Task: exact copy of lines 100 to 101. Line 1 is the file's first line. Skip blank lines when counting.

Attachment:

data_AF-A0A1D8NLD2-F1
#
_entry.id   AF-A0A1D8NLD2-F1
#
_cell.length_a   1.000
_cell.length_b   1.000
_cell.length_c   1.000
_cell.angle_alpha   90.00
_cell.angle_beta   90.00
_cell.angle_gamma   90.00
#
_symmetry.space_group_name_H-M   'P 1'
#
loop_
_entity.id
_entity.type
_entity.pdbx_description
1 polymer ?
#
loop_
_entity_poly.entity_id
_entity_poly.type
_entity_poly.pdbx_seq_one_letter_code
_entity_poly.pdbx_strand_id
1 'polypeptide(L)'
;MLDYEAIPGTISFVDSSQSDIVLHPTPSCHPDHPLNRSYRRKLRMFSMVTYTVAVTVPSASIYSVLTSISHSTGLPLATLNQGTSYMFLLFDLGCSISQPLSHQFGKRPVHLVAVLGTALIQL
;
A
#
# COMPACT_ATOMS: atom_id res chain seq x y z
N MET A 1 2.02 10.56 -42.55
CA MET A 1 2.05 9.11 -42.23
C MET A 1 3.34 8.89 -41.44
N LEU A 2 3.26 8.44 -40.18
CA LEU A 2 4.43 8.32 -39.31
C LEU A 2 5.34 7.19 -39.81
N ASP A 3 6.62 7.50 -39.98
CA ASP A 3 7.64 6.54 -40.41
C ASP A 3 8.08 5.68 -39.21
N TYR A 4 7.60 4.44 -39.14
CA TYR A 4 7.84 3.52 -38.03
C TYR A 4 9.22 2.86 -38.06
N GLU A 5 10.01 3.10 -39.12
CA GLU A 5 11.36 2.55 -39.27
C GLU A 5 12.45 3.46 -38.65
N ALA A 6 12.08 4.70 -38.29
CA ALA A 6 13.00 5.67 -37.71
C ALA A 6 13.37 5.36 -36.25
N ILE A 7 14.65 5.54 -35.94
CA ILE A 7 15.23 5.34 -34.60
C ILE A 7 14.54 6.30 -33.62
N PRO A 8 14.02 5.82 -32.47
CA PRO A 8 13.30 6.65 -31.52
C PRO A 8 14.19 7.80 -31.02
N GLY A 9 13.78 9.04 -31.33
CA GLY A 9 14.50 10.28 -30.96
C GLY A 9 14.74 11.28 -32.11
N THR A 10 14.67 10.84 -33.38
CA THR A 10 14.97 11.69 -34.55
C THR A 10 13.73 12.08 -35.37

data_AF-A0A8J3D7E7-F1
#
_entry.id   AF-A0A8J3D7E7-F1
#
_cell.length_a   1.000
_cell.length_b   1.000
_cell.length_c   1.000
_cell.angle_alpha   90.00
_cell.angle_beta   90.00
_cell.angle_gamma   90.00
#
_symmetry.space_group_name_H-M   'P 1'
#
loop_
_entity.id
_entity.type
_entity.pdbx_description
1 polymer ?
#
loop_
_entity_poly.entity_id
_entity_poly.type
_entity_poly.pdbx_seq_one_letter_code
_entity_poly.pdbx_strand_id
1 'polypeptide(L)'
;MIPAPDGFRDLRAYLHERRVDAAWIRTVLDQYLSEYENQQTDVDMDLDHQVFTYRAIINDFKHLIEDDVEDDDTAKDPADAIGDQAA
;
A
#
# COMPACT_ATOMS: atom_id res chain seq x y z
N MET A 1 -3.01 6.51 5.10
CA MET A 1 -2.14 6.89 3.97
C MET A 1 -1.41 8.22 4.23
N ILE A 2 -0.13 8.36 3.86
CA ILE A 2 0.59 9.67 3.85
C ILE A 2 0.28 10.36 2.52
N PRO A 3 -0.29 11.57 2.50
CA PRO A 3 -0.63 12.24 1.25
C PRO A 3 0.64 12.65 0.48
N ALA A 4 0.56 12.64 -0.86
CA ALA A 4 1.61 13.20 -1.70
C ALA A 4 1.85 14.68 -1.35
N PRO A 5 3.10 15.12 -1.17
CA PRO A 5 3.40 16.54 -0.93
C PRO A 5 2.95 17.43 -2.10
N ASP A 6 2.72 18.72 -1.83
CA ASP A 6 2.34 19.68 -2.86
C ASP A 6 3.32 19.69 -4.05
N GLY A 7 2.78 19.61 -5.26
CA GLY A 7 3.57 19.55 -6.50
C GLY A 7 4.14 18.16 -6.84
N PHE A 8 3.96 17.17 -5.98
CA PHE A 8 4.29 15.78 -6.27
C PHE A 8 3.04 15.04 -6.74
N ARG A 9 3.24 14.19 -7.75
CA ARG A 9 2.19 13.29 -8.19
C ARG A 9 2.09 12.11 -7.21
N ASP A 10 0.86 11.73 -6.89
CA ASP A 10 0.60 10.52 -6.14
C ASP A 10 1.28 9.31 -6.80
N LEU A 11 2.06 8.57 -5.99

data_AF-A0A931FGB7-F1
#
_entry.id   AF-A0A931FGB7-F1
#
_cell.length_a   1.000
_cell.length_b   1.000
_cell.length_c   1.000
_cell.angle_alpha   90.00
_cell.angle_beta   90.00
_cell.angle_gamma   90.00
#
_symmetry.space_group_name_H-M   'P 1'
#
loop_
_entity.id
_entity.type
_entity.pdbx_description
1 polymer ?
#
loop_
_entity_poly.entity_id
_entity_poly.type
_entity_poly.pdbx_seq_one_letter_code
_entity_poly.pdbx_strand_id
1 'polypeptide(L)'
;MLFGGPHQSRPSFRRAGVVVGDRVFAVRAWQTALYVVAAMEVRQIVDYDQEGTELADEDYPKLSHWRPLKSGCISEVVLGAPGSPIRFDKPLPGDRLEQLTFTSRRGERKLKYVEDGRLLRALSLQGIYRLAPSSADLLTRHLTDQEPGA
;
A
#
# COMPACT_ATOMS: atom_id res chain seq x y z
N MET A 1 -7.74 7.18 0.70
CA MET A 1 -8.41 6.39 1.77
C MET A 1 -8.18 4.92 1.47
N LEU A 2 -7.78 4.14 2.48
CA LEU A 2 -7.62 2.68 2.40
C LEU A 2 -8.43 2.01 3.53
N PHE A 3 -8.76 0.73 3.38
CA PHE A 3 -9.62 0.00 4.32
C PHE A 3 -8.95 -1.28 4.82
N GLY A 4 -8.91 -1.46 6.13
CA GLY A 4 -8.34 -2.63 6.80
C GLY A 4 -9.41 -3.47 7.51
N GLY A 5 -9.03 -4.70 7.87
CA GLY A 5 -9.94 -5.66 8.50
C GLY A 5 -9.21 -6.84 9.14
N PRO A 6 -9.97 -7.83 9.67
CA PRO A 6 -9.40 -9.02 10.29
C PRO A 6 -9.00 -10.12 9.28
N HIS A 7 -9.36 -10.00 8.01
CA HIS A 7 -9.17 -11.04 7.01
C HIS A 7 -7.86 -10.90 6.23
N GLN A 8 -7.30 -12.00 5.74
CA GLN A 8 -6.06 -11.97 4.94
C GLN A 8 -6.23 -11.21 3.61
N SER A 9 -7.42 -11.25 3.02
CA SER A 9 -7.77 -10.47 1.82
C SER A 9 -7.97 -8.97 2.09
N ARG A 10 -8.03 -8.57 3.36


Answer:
N ALA A 4 0.56 12.64 -0.86
CA ALA A 4 1.61 13.20 -1.70